Rassie Erasmus is not taking a Springbok win over Tonga for granted, as he predicts plenty can still happen in the conclusion of the World Cup pool stage.
A loss to Ireland in the Pool B blockbuster has left South Africa in second place and four points adrift of the world’s number-one side, with one fixture to go for both teams.
The Springboks, who won their opening matches against Romania and Scotland, lock horns with Tonga on Sunday night, while Ireland and Scotland will face off on the following Saturday, 7 October.
Tonga have struggled in their opening fixtures, conceding a total of 104 points to Ireland and Scotland, but can call on a few ex-All Blacks – fullback Charles Piutau among them – to cause a potential upset.
“We know Romania are a tier-two team who don’t have a lot of opportunities and don’t have a lot of full-time professional players,” said Erasmus. “Even though World Rugby is trying to support them and they are on the up, they are still a bit off the pace when it comes to tier-one nations.
“But Tonga have players who have played at the highest level for various countries and there are quite a few names there that scare you. They have individual threats, individual brilliance and are well coached. I know [Tonga head coach] Toutai Kefu really well. I played against him in my playing days and he was good at scrumming and mauling and lineouts.
“Although we know the Tonga game will be a tough one, as the Scotland game will be for Ireland, that will probably determine who will be number one or two or three in the pool. I thought Scotland was always going to be a slippery game and it might be a tough one for Ireland as well, and so can Tonga be for us.”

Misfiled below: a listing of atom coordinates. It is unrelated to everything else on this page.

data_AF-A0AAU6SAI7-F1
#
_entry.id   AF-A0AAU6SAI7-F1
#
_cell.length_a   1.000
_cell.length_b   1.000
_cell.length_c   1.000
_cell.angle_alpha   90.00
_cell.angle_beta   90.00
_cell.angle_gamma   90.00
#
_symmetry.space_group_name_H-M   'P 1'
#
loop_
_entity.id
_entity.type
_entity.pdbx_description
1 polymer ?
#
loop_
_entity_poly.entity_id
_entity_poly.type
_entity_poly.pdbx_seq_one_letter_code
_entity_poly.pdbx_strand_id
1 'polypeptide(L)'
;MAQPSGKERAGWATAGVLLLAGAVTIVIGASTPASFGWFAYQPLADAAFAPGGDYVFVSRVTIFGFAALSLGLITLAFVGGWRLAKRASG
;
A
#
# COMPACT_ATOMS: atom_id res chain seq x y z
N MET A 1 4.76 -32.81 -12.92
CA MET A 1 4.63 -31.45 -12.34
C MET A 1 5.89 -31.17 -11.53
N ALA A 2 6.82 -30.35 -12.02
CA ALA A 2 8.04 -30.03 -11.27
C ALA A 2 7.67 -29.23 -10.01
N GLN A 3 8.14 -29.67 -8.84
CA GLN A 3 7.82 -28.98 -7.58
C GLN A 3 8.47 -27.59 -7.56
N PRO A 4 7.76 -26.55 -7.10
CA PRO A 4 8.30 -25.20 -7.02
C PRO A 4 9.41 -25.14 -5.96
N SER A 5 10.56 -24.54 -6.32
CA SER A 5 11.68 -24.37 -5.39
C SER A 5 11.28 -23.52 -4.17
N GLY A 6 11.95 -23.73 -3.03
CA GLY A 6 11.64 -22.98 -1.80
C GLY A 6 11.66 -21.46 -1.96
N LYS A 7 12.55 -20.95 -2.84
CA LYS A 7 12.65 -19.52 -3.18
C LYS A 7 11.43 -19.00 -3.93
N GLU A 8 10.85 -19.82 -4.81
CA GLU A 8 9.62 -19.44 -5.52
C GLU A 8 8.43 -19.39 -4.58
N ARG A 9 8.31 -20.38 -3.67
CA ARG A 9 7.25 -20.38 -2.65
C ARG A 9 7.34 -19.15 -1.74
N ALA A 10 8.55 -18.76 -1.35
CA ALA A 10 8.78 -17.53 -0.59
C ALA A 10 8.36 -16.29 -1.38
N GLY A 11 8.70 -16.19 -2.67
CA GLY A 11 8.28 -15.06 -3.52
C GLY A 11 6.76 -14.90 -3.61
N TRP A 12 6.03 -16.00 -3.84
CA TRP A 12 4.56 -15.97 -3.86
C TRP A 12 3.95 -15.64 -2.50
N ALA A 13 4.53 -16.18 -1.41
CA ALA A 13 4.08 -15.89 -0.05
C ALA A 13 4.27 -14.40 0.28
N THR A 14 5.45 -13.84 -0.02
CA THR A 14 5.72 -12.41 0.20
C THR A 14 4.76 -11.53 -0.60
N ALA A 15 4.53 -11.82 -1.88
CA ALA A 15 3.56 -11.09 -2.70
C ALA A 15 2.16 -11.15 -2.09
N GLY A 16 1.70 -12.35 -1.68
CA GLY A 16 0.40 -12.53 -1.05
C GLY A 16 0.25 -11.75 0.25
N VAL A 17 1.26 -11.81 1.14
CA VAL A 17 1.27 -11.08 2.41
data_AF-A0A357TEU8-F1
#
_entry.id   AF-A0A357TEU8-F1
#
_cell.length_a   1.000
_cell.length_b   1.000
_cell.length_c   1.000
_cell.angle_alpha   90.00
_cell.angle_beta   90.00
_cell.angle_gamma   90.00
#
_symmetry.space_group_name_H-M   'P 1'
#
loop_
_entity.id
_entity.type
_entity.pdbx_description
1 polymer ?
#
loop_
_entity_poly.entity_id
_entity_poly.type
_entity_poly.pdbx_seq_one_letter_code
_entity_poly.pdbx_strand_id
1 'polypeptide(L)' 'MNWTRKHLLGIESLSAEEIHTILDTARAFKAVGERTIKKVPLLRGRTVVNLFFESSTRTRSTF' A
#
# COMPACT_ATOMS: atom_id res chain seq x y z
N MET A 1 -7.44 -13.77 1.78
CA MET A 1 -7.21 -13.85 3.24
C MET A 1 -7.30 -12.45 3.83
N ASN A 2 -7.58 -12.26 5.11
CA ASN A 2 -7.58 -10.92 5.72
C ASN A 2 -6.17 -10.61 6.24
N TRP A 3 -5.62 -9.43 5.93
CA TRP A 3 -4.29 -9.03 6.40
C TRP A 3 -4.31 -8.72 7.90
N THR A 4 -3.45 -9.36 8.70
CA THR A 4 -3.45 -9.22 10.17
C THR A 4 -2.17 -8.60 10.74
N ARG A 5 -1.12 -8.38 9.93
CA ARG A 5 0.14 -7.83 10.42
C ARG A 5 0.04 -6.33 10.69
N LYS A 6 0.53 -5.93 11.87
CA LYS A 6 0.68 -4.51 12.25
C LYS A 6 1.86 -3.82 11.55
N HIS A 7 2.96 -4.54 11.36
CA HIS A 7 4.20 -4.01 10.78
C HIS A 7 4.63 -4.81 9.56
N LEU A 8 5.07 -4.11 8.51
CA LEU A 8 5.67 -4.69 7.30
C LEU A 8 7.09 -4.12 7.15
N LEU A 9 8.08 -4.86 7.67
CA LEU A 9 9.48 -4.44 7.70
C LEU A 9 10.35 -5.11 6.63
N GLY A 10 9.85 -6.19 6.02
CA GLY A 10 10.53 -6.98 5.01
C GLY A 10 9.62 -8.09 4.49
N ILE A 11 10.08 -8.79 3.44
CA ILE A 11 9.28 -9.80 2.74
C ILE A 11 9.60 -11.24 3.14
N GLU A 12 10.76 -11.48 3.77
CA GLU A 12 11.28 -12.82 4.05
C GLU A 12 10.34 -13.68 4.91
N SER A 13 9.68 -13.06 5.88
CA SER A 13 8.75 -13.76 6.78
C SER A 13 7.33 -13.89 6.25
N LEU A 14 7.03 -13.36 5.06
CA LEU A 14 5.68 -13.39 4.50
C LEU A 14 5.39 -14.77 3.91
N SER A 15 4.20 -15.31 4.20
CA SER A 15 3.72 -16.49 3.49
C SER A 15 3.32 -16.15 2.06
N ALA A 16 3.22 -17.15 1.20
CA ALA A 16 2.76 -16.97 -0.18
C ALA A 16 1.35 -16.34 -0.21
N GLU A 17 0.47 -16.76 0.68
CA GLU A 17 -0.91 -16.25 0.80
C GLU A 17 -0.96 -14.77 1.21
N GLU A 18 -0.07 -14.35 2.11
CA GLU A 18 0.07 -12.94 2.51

Currently, the Springboks are on track to face France in the quarter-finals, which would be the second time that they face the tournament hosts in the playoffs, having beaten Japan in 2019.
However, Erasmus said that Italy and New Zealand could yet make a late push to finish in the top two spots in Pool A.
“I still think that pool is not sorted out yet and not 100% determined,” said Erasmus. “A lot of people will say France are favourites but you never know on the day, Italy might have a great day. On our side, as coaches we have no idea who we prefer to play, it would be so disrespectful.
“I don’t think playing Japan [four years ago] will really benefit us. Japan were ranked eight, nine, 10 in the world when we played them, a developing country that hosted a wonderful tournament. But France are always in the top four in the world and I don’t think that will help us against a quality French team playing at home with a passionate crowd, where rugby is like a religion.”
Photo: Valery HACHE / AFP